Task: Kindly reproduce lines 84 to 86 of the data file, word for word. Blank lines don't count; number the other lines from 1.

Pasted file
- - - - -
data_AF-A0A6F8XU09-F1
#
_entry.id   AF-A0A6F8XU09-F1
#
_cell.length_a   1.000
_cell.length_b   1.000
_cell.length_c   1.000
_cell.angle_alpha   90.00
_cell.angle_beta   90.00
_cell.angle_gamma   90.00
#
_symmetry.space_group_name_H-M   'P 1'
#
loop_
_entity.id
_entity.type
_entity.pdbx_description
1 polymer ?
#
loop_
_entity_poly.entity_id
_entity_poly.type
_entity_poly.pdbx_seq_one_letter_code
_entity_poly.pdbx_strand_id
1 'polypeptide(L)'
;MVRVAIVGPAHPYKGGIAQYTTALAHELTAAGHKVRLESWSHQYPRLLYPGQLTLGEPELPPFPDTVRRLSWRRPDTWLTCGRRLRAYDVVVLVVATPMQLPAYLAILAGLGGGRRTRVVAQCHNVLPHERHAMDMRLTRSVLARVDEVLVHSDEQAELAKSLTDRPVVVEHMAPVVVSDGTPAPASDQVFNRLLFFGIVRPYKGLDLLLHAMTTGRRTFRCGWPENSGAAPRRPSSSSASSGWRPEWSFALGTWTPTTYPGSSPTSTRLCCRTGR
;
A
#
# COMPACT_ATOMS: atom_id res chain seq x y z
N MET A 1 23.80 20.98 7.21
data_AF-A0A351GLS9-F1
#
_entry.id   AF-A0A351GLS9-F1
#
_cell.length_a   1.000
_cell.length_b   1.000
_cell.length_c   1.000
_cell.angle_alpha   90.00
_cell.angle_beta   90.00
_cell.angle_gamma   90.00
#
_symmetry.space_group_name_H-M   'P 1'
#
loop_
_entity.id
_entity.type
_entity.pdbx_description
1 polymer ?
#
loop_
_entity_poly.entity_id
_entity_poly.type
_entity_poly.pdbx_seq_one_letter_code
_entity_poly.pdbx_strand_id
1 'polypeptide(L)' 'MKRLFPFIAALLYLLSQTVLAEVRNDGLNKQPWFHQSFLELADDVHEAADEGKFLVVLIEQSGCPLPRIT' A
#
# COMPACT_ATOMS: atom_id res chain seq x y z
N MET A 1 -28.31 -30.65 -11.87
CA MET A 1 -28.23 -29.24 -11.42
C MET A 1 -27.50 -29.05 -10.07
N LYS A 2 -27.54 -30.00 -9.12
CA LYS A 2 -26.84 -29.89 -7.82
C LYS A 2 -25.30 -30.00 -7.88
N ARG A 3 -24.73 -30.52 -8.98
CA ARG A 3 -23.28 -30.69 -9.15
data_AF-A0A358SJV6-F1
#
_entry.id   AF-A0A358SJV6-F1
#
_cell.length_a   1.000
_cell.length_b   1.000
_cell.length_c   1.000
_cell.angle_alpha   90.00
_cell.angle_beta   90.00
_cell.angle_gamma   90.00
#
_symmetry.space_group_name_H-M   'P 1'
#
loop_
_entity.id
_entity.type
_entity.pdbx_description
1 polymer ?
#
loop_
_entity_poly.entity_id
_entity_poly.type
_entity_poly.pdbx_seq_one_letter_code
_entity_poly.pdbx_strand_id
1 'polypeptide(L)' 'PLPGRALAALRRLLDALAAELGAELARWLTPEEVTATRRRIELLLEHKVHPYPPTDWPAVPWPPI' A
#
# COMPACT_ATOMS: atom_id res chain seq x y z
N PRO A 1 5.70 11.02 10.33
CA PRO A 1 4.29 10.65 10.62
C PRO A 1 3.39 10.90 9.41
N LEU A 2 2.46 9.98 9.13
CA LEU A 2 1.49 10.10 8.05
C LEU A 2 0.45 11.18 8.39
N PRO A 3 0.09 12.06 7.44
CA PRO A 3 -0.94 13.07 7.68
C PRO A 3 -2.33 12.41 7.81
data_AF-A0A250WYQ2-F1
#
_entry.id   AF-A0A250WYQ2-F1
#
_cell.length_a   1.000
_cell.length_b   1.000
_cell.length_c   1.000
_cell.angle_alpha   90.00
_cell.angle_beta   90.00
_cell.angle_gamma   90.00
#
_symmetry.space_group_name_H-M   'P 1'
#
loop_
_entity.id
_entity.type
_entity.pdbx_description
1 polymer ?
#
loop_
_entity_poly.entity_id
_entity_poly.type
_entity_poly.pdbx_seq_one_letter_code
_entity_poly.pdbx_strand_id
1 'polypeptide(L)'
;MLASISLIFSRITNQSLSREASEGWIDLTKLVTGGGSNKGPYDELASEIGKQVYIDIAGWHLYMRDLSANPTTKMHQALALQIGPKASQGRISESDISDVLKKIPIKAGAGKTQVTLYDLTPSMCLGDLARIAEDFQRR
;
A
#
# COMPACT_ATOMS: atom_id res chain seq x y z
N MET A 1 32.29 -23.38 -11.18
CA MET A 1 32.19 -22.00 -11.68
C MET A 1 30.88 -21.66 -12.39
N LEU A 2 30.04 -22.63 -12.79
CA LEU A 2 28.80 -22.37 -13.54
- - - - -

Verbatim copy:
1 polymer ?
#
loop_